Monday we drove to Whitefish and a bike shop which I felt comfortable with.  He mentioned to remove the star nut, which was causing the problem with a loose front fork, often require the use of a piece of rebar and a sledge.  Hmm.  I asked about the rear brake giving out and he mentioned he sees that fairly often on downhill rides at the ski area, especially when one rides the brake as I was doing.  Another mechanic says it heats the fluid to boiling and vaporizes which then destroys any braking ability, but given 30 seconds it returns to liquid and braking returns.

Thus we left the bike in the care of glacier cyclery  and proceeded to drive up the valley to find some cyclists we knew.  Stopped at the polebridge bakery to obtain sustenance for the riders.  Found them just before the steeper part of the climb to red meadows campground and pass.  A few beers were shared and we began descent (us in car) to upper whitefish lake camp where the riders had decided to spend the night.

On return I began to worry about the rebar as a tool on the bike.  That just does not sound right.  We arrived and all worked well, with a seemingly full repair plus.  Turns out the bottom bracket was loose with a few replaceable broken parts but unfortunately the shop does not carry the specialty brand “Chris King”, so parts were unavailable except on order so installed SRAM.  Ok although I still had to do the electric portion of the repair to get the generator hub to work.  Seems bike shops do not do electric or electronic repair.

And we dropped off James front wheel, as apparently in a backup maneuver the wheel was smashed a bit and was way out of true.  It was determined it could be tried but would probably not remain true.  Thus a new rim and rebuild is required.

Tuesday I hoped to finish the electric work but alas took longer than anticipated with a couple trips to stores for parts.  Finished it just as bikers arrived from their 35 mile ride.  Went for short ride and again worked well charging phone from 38% to 42% in about 5 minutes of riding.  Yahoo.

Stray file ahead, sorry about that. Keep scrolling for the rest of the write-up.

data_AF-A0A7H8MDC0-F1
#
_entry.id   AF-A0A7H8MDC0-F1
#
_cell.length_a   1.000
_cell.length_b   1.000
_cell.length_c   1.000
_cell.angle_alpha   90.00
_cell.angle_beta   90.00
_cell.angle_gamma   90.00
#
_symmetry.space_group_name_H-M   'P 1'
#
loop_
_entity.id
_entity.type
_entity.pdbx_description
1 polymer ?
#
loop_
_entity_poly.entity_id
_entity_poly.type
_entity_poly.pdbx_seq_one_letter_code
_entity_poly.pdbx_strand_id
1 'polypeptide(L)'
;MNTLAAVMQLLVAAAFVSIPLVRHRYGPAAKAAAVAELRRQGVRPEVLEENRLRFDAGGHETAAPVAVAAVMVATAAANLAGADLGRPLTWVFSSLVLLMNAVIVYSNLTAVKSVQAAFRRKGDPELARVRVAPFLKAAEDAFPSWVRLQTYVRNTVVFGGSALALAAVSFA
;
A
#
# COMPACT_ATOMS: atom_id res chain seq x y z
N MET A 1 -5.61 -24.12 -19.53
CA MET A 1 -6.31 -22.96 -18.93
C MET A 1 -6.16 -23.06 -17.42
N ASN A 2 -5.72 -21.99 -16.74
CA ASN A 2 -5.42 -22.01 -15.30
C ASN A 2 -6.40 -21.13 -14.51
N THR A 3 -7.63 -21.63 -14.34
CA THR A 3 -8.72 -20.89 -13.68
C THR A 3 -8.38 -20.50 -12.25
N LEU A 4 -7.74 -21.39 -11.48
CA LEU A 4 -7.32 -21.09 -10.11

Thus we are all together again and taking a rest day.  Everyone is excited.  9 days in a row of riding.  Eat sleep ride even with support can be tiring.  Duties today include taking the van into dealer to determine why check engine light is on again, pickup James’s wheel and obtain more oil for chains etc., and get food for next days, probably at Costco.

Discussed future days with potential trial campsites.  Seems all the forest service official campgrounds are reserved, hence unavailable. And we are not sure how far we will or want to ride a day, hence even if we could reserve a site perhaps it would not be there.  The sites Joe and I used on this section were bikers only sites.  We will probably camp along the road as forest service land and pretty much open.

And interesting to see the number of riders on the trail. When Joe and I did this in 2012 we saw very few others although we knew they were there as people along the way would relay information that other riders were on trail, including a unicycler a few weeks ahead of us.  But we all seemed to be travelling at about the same speed.  The other day in Whitefish I saw probably 3-4 groups, as I did here in Columbia Falls yesterday.  Amazing how popular it has become.

And life is good here at the Penner rest stop.  Steve and Barb are taking very good care of us, feeding, driving, giving us excellent places to sleep, providing support, and generally making us feel good.  Awesome!

departing banff
Jeanne & Nancy
Spray lake goat trail
lunch break
Closed bike trail, must ridethe road
Descending Galton pass
riders departing Eureka, Montana


Was a rough rest day.  Visited mom in the alzheimer home and she was not having a good day.  I admit it is hard to see ones relative in such a state.  She does not recognize me or basically anyone just staring into space today.  Two days ago was better as we congratulated ourselves for making her smile.  As with everyone we have good days and bad, but it hit home.  I had to say goodbye and we depart tomorrow for more rides.  There is nothing more to be done here.  My sister, Barb does a spectacular job of visiting mom and I appreciate it, but not much reward.  Sometimes life is not all a garden of rose petals.

Warren and Colleen joined us today as shuttle drivers so we have two cars now.  tomorrow we begin riding again.  Will be nice to be back on the bike.